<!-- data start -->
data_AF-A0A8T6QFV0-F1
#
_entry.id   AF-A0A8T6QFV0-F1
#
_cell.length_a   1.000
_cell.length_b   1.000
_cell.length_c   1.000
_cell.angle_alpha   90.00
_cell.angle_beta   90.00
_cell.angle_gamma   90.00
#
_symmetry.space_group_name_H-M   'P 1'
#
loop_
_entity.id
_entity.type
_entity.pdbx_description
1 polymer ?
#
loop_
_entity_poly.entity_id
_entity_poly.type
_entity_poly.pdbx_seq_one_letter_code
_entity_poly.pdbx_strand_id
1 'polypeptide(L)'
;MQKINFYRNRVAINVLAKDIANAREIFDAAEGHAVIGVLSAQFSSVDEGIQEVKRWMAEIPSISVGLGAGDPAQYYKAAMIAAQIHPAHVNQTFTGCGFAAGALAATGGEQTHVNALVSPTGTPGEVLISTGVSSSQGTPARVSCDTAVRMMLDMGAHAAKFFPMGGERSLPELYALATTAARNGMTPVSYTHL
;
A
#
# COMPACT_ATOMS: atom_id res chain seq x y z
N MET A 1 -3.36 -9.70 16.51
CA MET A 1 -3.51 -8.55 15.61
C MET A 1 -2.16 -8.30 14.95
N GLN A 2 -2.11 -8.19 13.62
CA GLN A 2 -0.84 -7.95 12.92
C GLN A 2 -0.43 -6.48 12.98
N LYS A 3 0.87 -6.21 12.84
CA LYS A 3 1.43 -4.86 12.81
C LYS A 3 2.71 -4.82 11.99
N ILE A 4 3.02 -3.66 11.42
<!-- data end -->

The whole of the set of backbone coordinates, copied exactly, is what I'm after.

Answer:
data_AF-A0A8T6QFV0-F1
#
_entry.id   AF-A0A8T6QFV0-F1
#
_cell.length_a   1.000
_cell.length_b   1.000
_cell.length_c   1.000
_cell.angle_alpha   90.00
_cell.angle_beta   90.00
_cell.angle_gamma   90.00
#
_symmetry.space_group_name_H-M   'P 1'
#
loop_
_entity.id
_entity.type
_entity.pdbx_description
1 polymer ?
#
loop_
_entity_poly.entity_id
_entity_poly.type
_entity_poly.pdbx_seq_one_letter_code
_entity_poly.pdbx_strand_id
1 'polypeptide(L)'
;MQKINFYRNRVAINVLAKDIANAREIFDAAEGHAVIGVLSAQFSSVDEGIQEVKRWMAEIPSISVGLGAGDPAQYYKAAMIAAQIHPAHVNQTFTGCGFAAGALAATGGEQTHVNALVSPTGTPGEVLISTGVSSSQGTPARVSCDTAVRMMLDMGAHAAKFFPMGGERSLPELYALATTAARNGMTPVSYTHL
;
A
#
# COMPACT_ATOMS: atom_id res chain seq x y z
N MET A 1 -3.36 -9.70 16.51
CA MET A 1 -3.51 -8.55 15.61
C MET A 1 -2.16 -8.30 14.95
N GLN A 2 -2.11 -8.19 13.62
CA GLN A 2 -0.84 -7.95 12.92
C GLN A 2 -0.43 -6.48 12.98
N LYS A 3 0.87 -6.21 12.84
CA LYS A 3 1.43 -4.86 12.81
C LYS A 3 2.71 -4.82 11.99
N ILE A 4 3.02 -3.66 11.42